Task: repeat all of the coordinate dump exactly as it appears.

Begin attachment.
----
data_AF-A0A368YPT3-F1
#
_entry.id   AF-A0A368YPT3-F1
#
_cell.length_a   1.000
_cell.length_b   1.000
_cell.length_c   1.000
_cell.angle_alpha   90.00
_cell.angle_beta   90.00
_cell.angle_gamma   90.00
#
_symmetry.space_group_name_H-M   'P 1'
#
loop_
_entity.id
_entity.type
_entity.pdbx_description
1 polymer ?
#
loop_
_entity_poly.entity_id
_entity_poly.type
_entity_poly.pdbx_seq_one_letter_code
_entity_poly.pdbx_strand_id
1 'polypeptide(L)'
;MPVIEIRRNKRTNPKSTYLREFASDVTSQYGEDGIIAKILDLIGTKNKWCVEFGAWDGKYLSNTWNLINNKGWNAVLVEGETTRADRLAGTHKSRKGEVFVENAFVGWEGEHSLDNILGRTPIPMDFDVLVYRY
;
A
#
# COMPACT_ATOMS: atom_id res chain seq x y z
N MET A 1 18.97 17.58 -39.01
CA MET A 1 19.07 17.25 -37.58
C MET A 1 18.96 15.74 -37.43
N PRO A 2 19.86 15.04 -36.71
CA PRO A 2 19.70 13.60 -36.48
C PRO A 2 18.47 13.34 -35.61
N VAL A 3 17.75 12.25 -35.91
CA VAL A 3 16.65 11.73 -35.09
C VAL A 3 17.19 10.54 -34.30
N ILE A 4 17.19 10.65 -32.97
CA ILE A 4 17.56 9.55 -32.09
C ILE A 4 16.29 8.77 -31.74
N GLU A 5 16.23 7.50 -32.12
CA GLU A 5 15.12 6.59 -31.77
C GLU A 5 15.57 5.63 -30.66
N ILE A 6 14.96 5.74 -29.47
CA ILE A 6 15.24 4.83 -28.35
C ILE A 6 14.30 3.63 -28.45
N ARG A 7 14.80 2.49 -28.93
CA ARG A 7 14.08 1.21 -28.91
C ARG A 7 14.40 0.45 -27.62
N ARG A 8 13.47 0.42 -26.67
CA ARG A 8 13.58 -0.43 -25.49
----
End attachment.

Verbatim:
data_AF-A0A368YPT3-F1
#
_entry.id   AF-A0A368YPT3-F1
#
_cell.length_a   1.000
_cell.length_b   1.000
_cell.length_c   1.000
_cell.angle_alpha   90.00
_cell.angle_beta   90.00
_cell.angle_gamma   90.00
#
_symmetry.space_group_name_H-M   'P 1'
#
loop_
_entity.id
_entity.type
_entity.pdbx_description
1 polymer ?
#
loop_
_entity_poly.entity_id
_entity_poly.type
_entity_poly.pdbx_seq_one_letter_code
_entity_poly.pdbx_strand_id
1 'polypeptide(L)'
;MPVIEIRRNKRTNPKSTYLREFASDVTSQYGEDGIIAKILDLIGTKNKWCVEFGAWDGKYLSNTWNLINNKGWNAVLVEGETTRADRLAGTHKSRKGEVFVENAFVGWEGEHSLDNILGRTPIPMDFDVLVYRY
;
A
#
# COMPACT_ATOMS: atom_id res chain seq x y z
N MET A 1 18.97 17.58 -39.01
CA MET A 1 19.07 17.25 -37.58
C MET A 1 18.96 15.74 -37.43
N PRO A 2 19.86 15.04 -36.71
CA PRO A 2 19.70 13.60 -36.48
C PRO A 2 18.47 13.34 -35.61
N VAL A 3 17.75 12.25 -35.91
CA VAL A 3 16.65 11.73 -35.09
C VAL A 3 17.19 10.54 -34.30
N ILE A 4 17.19 10.65 -32.97
CA ILE A 4 17.56 9.55 -32.09
C ILE A 4 16.29 8.77 -31.74
N GLU A 5 16.23 7.50 -32.12
CA GLU A 5 15.12 6.59 -31.77
C GLU A 5 15.57 5.63 -30.66
N ILE A 6 14.96 5.74 -29.47
CA ILE A 6 15.24 4.83 -28.35
C ILE A 6 14.30 3.63 -28.45
N ARG A 7 14.80 2.49 -28.93
CA ARG A 7 14.08 1.21 -28.91
C ARG A 7 14.40 0.45 -27.62
N ARG A 8 13.47 0.42 -26.67
CA ARG A 8 13.58 -0.43 -25.49